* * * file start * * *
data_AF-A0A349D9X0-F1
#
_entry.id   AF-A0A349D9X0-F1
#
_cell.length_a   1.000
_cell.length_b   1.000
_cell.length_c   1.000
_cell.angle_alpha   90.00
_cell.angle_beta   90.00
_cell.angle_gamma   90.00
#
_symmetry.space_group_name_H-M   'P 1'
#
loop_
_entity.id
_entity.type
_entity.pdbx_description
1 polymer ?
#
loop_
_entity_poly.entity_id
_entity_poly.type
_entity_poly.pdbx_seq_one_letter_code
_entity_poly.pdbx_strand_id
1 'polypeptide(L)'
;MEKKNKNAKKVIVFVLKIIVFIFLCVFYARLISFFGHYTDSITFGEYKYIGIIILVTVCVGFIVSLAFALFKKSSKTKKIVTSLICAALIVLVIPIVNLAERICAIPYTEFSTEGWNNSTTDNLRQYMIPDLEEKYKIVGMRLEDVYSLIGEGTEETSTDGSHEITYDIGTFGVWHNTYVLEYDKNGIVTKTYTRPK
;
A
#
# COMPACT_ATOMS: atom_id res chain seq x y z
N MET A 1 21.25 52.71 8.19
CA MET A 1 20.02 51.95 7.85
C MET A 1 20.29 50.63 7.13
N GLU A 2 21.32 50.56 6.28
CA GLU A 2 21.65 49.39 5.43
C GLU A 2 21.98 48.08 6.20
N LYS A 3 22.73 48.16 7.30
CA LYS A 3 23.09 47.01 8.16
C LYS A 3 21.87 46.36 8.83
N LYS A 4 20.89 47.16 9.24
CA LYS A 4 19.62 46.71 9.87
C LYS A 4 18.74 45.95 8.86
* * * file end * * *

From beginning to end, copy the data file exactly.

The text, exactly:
data_AF-A0A349D9X0-F1
#
_entry.id   AF-A0A349D9X0-F1
#
_cell.length_a   1.000
_cell.length_b   1.000
_cell.length_c   1.000
_cell.angle_alpha   90.00
_cell.angle_beta   90.00
_cell.angle_gamma   90.00
#
_symmetry.space_group_name_H-M   'P 1'
#
loop_
_entity.id
_entity.type
_entity.pdbx_description
1 polymer ?
#
loop_
_entity_poly.entity_id
_entity_poly.type
_entity_poly.pdbx_seq_one_letter_code
_entity_poly.pdbx_strand_id
1 'polypeptide(L)'
;MEKKNKNAKKVIVFVLKIIVFIFLCVFYARLISFFGHYTDSITFGEYKYIGIIILVTVCVGFIVSLAFALFKKSSKTKKIVTSLICAALIVLVIPIVNLAERICAIPYTEFSTEGWNNSTTDNLRQYMIPDLEEKYKIVGMRLEDVYSLIGEGTEETSTDGSHEITYDIGTFGVWHNTYVLEYDKNGIVTKTYTRPK
;
A
#
# COMPACT_ATOMS: atom_id res chain seq x y z
N MET A 1 21.25 52.71 8.19
CA MET A 1 20.02 51.95 7.85
C MET A 1 20.29 50.63 7.13
N GLU A 2 21.32 50.56 6.28
CA GLU A 2 21.65 49.39 5.43
C GLU A 2 21.98 48.08 6.20
N LYS A 3 22.73 48.16 7.30
CA LYS A 3 23.09 47.01 8.16
C LYS A 3 21.87 46.36 8.83
N LYS A 4 20.89 47.16 9.24
CA LYS A 4 19.62 46.71 9.87
C LYS A 4 18.74 45.95 8.86